Ever since the very first day I became serious about my writing (about 8 years ago), I’ve been dreaming about a studio. An office, a room of my own, a place exclusively dedicated to my writing work, where only I had access, so I could leave my notebooks lying around without worry that anyone would accidentally read them. In my imagination’s eye, this space is cozy but stylish (in a retro-shabby way), filled with light coming from a large window which offers the additional bonus of an inspiring view. Piles of books, photo albums, bunch of notes cover most of the free surfaces, post-its with summaries of the scenes I’m developing hang in colourful patterns on the walls alongside photos, magazine clippings with articles pertinent to my newest projects. The solid but slim desk is of course the heart of the studio, with its perfect writing chair (ergonomically shaped in Scandinavian wood), but my favourite place secretly is the soft armchair in the corner, with the lamp next to it, the warm plaid draped at its feet, my reading nook. Of course there is also a plant or two, a candle here and there, some nostalgic frames displaying the sheepish smiles of past lovers. Nothing fancy, as you can see.
Well, in my eight years as an on-and-off professional writer, I did not yet manage to make this dream come true. And because it’s far from fading (actually, since becoming a mother, I’m increasingly desperate for it), I’ve listed it as one of the goals I would like to achieve during my time as an Artist In Residence in Motherhood.
Motivated by this public statement, shortly after my Residency began I started looking around for a suitable location. I even found a couple of interesting places not far from home, maybe without exactly the kind of window I see in my fantasies, but decent and practical and clean. Then, I looked into my wallet and promptly landed back on my ass and into the world of things real. No matter how fervently I wish for it, I cannot afford to rent a studio, I cannot afford to furnish a studio, I cannot afford half of the photo albums and books I’d like to have in the studio, not the armchair, not even the desk. Also, I cannot afford to have proper, daily daycare for my son while I sit there, sip good coffee, and think up stories.
I could have let myself be discouraged by this notion, and at first I did. But then I decided to make a thought-exercise and asked myself – WHAT IF it were not me being at fault for not earning as much as I’d need to have my dream-studio, but what if it were the dream to be the one at fault for making me think I’m not good enough a writer to afford its cozy premises? What if the studio-dream were only another way in which I self-sabotage my work and my creative self-esteem?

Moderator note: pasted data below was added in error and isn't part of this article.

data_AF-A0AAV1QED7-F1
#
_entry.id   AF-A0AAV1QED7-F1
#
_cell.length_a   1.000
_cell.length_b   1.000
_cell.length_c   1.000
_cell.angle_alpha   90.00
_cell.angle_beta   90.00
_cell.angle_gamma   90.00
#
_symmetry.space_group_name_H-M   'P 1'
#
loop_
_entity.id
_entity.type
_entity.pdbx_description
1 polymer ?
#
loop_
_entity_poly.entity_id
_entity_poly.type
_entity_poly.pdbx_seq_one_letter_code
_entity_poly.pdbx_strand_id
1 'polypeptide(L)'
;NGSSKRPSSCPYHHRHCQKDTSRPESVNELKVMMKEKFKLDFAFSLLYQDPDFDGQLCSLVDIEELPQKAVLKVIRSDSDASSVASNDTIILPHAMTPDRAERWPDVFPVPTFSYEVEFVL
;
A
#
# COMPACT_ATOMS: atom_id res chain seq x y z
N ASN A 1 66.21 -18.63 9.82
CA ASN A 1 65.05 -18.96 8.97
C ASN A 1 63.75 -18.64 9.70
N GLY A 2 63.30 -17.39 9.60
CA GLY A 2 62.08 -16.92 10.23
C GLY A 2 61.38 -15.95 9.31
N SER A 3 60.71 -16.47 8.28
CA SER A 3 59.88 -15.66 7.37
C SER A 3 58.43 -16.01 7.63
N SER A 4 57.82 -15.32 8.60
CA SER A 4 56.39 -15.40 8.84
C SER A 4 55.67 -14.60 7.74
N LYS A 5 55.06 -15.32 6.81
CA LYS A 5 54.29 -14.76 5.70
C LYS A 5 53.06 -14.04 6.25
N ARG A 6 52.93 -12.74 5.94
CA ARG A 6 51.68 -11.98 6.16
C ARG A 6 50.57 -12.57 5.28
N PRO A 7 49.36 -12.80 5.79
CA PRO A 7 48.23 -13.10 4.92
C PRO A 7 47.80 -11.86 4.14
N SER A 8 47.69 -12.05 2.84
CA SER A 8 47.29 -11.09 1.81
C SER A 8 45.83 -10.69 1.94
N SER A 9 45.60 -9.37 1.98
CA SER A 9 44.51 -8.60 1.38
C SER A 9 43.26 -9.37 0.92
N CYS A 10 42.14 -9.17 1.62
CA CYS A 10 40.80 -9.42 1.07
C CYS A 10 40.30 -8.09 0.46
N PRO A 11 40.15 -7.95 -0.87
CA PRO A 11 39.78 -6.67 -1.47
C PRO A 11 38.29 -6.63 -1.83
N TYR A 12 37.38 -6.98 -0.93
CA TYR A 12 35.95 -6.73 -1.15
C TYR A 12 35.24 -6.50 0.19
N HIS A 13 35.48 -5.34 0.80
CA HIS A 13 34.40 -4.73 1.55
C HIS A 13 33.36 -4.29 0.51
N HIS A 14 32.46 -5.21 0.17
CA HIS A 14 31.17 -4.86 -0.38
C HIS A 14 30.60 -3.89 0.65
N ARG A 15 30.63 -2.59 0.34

So I looked around. And specifically, I looked at the guest bedroom – the place where we collect all the things that don’t have a place anywhere else, and where we put my parents when they come visit. I looked at it and saw that if I shifted around some furniture and threw out a couple of boxes, I could make it work. In a corner of the garage I found my rickety first-ever desk, cheap as fuck and not too pretty either (I bought it seven apartments ago, when I decided I was going to be a real writer and thus needed to have something to write on), and in less time than one afternoon nap, my pop-up studio was set. Next, I called my friend who is mother to two delightful boys aged 10 and 12, and said that if they’d feel like coming over to play with my Toddler for a couple of hours, say, three mornings a week while I wrote upstairs in my “studio”, I would repay them with a bit of pocket money, my eternal gratitude, and all the cookies they could bear to eat.
They accepted and this is how, in the past month, I got SO MUCH writing done, in a studio that looks nothing like the one I’m dreaming about, and thanks to the generosity and will to play of two young boys. And yes, the desk still sucks and I get my elbow entangled in the drying laundry while I write, but I don’t mind, as long as I do write.
And by the way – sharing my pop-up studio with the laundry rack has proven to be surprisingly inspiring. Yes, to the point I’ve started a whole project in which the laundry holds the main role. It’s not a joke, I’m actually quite excited about it – because who says that The Laundry is not special enough to make a good story? Certainly not me.
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Marta Parlatore is currently an Artist in Residence in Motherhood – find out more on the official ARiM website. Subscribe to this blog to never miss a post and support the author with your priceless moral encouragement.